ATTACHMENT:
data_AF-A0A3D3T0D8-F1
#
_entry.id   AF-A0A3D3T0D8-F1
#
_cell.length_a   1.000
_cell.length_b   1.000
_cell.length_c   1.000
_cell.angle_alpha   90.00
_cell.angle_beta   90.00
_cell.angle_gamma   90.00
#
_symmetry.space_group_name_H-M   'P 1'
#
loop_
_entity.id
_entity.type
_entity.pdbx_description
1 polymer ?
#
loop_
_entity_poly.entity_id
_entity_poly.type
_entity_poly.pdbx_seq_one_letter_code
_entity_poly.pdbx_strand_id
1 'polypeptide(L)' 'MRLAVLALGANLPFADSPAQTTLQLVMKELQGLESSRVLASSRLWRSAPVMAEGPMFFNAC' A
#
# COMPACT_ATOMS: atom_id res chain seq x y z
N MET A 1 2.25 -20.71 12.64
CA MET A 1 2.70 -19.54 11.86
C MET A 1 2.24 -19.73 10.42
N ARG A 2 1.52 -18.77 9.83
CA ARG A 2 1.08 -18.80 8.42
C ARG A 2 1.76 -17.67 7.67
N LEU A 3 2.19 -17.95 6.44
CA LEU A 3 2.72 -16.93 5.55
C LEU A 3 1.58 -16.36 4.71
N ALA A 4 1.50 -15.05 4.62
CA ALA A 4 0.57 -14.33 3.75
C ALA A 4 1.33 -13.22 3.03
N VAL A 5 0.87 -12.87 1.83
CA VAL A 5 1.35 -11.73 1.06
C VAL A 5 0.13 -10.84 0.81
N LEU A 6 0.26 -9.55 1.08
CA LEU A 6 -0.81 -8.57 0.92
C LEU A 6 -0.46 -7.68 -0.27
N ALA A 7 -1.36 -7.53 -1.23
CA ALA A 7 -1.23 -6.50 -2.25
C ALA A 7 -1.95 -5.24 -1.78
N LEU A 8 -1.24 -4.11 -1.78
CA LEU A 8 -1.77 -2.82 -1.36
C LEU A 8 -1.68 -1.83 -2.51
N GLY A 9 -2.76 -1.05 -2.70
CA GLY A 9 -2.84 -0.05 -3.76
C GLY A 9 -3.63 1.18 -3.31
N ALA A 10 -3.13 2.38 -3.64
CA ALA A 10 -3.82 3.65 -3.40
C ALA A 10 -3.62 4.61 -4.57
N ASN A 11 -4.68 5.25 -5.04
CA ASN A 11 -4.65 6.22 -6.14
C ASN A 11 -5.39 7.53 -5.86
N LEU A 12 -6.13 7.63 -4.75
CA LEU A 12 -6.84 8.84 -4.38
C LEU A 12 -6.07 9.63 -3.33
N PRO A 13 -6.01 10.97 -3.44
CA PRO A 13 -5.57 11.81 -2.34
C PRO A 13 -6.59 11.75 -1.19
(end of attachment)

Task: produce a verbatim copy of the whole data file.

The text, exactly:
data_AF-A0A3D3T0D8-F1
#
_entry.id   AF-A0A3D3T0D8-F1
#
_cell.length_a   1.000
_cell.length_b   1.000
_cell.length_c   1.000
_cell.angle_alpha   90.00
_cell.angle_beta   90.00
_cell.angle_gamma   90.00
#
_symmetry.space_group_name_H-M   'P 1'
#
loop_
_entity.id
_entity.type
_entity.pdbx_description
1 polymer ?
#
loop_
_entity_poly.entity_id
_entity_poly.type
_entity_poly.pdbx_seq_one_letter_code
_entity_poly.pdbx_strand_id
1 'polypeptide(L)' 'MRLAVLALGANLPFADSPAQTTLQLVMKELQGLESSRVLASSRLWRSAPVMAEGPMFFNAC' A
#
# COMPACT_ATOMS: atom_id res chain seq x y z
N MET A 1 2.25 -20.71 12.64
CA MET A 1 2.70 -19.54 11.86
C MET A 1 2.24 -19.73 10.42
N ARG A 2 1.52 -18.77 9.83
CA ARG A 2 1.08 -18.80 8.42
C ARG A 2 1.76 -17.67 7.67
N LEU A 3 2.19 -17.95 6.44
CA LEU A 3 2.72 -16.93 5.55
C LEU A 3 1.58 -16.36 4.71
N ALA A 4 1.50 -15.05 4.62
CA ALA A 4 0.57 -14.33 3.75
C ALA A 4 1.33 -13.22 3.03
N VAL A 5 0.87 -12.87 1.83
CA VAL A 5 1.35 -11.73 1.06
C VAL A 5 0.13 -10.84 0.81
N LEU A 6 0.26 -9.55 1.08
CA LEU A 6 -0.81 -8.57 0.92
C LEU A 6 -0.46 -7.68 -0.27
N ALA A 7 -1.36 -7.53 -1.23
CA ALA A 7 -1.23 -6.50 -2.25
C ALA A 7 -1.95 -5.24 -1.78
N LEU A 8 -1.24 -4.11 -1.78
CA LEU A 8 -1.77 -2.82 -1.36
C LEU A 8 -1.68 -1.83 -2.51
N GLY A 9 -2.76 -1.05 -2.70
CA GLY A 9 -2.84 -0.05 -3.76
C GLY A 9 -3.63 1.18 -3.31
N ALA A 10 -3.13 2.38 -3.64
CA ALA A 10 -3.82 3.65 -3.40
C ALA A 10 -3.62 4.61 -4.57
N ASN A 11 -4.68 5.25 -5.04
CA ASN A 11 -4.65 6.22 -6.14
C ASN A 11 -5.39 7.53 -5.86
N LEU A 12 -6.13 7.63 -4.75
CA LEU A 12 -6.84 8.84 -4.38
C LEU A 12 -6.07 9.63 -3.33
N PRO A 13 -6.01 10.97 -3.44
CA PRO A 13 -5.57 11.81 -2.34
C PRO A 13 -6.59 11.75 -1.19